Saved By Play Time

, , , , , | Hopeless | October 22, 2017

(I am shopping in a department store with my five-year-old daughter. It has been a long, stressful day at work, and I have been on edge since picking her up from school. I just want to get my things and get home as soon as possible. I very quickly realize that my daughter is no longer beside me, and I go into Panic-Mom Mode. I call her name and rush around the aisles, until, finally, I see her sitting down on the floor next to a similar-aged boy, talking and playing. She looks up and me and beams a smile.)

Me: “[Daughter], what did I tell you about walking away from Mommy?!”

Daughter: “Mommy, this is [Boy]. He’s five, too!”

Me: “That’s nice, [Daughter], but remember, we don’t have time to play today.”

Daughter: “Okay. Bye, [Boy]!”

Boy: *big flashing smile* “Byyyyye!”

(I take my daughter’s hand and quickly finish up my shopping list.)

Daughter: “Can we get something for [Boy]?”

Me: “No, [Daughter]. We’re just here for a few quick things, remember?”

Daughter: “I know, but he doesn’t have anyone or anything to play with.”

Me: “His mom will take him home soon, so he won’t be bored for too long.”

Daughter: “No, she won’t.”

(This makes me stop, and I realize for the first time, to my shame, that the boy was all alone.)

Me: “What do you mean?”

Daughter: “His mom told him to wait for her, but she’s been gone for aaaaaages.”

(Knowing I wouldn’t be able to live with myself if I didn’t go back and check, I find the boy in the exact same space that I left him.)

Me: “Hello, [Boy].”

Boy: *big beaming smile again* “Hiiiii!”

Me: “Where’s your mommy?”

Boy: *smile drops* “I don’t know. She went to look at clothes.”

Me: “How long ago did she go to look at clothes?”

Boy: “A while.”

(Knowing he probably didn’t have a good grasp of timing, I don’t know how to gauge this, but I pursue anyway.)

Me: “Do you know what time it was?”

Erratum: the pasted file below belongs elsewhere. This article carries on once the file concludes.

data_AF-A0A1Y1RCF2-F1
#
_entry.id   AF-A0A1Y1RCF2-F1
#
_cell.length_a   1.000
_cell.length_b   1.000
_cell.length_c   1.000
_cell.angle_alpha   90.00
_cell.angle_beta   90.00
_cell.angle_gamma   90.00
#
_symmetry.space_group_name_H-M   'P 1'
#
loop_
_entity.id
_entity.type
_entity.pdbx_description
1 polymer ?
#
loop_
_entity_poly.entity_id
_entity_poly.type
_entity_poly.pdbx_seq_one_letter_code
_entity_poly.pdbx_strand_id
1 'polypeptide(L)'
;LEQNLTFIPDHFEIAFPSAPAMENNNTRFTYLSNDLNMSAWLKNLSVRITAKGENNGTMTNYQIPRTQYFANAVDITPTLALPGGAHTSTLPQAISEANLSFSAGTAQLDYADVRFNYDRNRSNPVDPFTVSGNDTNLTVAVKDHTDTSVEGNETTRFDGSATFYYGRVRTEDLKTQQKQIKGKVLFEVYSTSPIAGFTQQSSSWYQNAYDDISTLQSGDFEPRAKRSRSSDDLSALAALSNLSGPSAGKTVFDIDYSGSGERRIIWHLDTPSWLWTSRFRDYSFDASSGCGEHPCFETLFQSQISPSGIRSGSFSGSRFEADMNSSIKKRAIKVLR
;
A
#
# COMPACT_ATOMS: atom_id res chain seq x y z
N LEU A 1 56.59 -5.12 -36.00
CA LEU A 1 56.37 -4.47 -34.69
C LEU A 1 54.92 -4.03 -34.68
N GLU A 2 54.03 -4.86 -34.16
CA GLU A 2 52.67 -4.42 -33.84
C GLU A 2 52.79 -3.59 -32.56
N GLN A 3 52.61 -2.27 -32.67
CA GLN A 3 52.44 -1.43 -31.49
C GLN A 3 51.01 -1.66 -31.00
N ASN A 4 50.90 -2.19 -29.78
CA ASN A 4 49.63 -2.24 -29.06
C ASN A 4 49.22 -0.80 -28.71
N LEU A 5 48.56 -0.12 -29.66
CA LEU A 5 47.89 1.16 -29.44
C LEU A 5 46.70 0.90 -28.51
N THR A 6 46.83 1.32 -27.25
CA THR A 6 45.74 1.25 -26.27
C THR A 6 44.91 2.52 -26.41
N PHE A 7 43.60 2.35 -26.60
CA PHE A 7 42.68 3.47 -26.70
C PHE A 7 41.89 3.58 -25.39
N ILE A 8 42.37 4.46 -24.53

Boy: “Since school.”

(That is a long time, but it wouldn’t be the first time a parent has left a child alone to play in a store for over an hour. I sit with the boy for another ten minutes while he plays a rhyming game with my daughter. I flag down a passing member of staff and let them know this boy has been left alone for almost an hour and a half.)

Employee: “Actually, yes, I do remember them coming in. That was closer to two hours ago.” *suddenly looking shameful* “Let’s bring him up to the customer service desk, and I’ll make an announcement through the store PA.”

(We do just that. The boy says he was told not to go anywhere with strangers, but my daughter takes his hand and convinces him that they’re now friends, so it is okay. The employee makes an announcement to the store, letting the mother know that [Boy] is at the customer service desk, and asking her to please make her way there immediately. After ten minutes, and no appearance of the mother, the employee makes a repeat announcement. Ten minutes after this…)

Me: “What happens now?”

Employee: “I’ve called my manager. They’ll call the police or social services, I guess.”

(A few minutes later, there is a scream from the other side of the floor. There is a scramble of employees to the area. An employee comes back over to me and speaks quietly to me so that the boy doesn’t hear.)

Employee: “We found a woman collapsed in one of the changing rooms. We think it might be his mom.”

(Very quickly, paramedics are on the scene, but I am focusing on keeping the boy occupied, playing with my daughter. He’s not stupid though, and he’s realizing that something is up. Almost three hours after I first met the boy, a woman walks over to us with a concerned look on her face. The manager has told her who I am and how I’ve been looking after the boy. She introduces herself as being from social services.)

Social Services Worker: “We found his mother collapsed in the changing room. The paramedics are about to take her to hospital, and I will be going there, too, with her son.”

(She then explains to the boy what has happened, in an age-appropriate manner. The boy is very upset, and holds my hand through the whole conversation. When the social services worker tries to encourage the boy to go to the hospital, he squeezes my hand even tighter and gives me a desperate look.)

Me: *to the social services worker* “Would I be able to come with [Boy]””

(The woman looks at me, then at the boy, assesses the situation, and smiles.)

Social Services Worker: “Of course. I will need to be present at all times, of course.”

(We all drove to the hospital together, and my daughter kept the boy occupied with some simple back-seat car games. We ended up spending the evening in the hospital, and the boy’s mother made a full recovery. She had been running a fever and collapsed from an infection. Our kids are now good friends and have grown up to become teenage “besties,” all thanks to my daughter’s playful spirit, and a well-behaved boy who wouldn’t stop waiting for his mom.)

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